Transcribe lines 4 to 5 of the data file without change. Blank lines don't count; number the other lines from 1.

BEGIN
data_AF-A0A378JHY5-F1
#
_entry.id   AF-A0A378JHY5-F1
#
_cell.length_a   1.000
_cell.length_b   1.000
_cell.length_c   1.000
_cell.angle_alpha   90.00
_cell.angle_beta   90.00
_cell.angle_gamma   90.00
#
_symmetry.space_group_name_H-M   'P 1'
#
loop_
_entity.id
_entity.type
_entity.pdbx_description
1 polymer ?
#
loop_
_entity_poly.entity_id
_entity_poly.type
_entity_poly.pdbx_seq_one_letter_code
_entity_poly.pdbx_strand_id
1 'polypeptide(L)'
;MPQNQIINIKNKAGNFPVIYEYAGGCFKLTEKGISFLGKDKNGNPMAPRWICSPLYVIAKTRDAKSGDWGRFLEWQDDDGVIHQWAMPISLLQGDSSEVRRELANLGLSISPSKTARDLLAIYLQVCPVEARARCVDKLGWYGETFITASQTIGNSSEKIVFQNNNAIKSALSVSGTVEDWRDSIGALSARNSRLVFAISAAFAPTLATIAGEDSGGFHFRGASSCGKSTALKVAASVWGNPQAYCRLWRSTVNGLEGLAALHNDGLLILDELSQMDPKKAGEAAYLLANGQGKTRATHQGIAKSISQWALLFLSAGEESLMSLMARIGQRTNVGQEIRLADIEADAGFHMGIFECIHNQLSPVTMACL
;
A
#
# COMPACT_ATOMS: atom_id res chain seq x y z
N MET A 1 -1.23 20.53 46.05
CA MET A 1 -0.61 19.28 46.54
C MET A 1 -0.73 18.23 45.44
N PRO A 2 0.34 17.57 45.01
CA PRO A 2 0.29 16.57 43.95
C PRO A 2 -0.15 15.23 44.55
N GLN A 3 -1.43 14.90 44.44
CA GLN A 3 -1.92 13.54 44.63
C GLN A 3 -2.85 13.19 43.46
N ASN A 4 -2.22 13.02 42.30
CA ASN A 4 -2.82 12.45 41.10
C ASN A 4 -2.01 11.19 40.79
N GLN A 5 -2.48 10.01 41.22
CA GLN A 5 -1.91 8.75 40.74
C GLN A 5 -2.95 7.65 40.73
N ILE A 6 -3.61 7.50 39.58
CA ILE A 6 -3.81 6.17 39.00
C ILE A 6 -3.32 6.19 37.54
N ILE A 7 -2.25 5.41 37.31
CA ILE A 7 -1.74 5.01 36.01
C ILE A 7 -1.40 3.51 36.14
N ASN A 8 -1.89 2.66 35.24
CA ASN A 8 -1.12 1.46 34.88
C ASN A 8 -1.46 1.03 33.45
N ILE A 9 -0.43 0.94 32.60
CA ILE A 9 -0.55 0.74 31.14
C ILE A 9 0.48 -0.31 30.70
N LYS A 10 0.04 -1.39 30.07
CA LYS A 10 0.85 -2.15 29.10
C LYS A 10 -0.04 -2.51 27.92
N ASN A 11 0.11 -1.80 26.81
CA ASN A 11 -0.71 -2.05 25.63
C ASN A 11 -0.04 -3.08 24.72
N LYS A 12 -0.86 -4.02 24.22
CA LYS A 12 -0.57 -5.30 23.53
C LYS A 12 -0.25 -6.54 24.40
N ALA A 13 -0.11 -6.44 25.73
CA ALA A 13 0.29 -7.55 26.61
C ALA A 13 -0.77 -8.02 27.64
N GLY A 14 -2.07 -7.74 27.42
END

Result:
#
_cell.length_a   1.000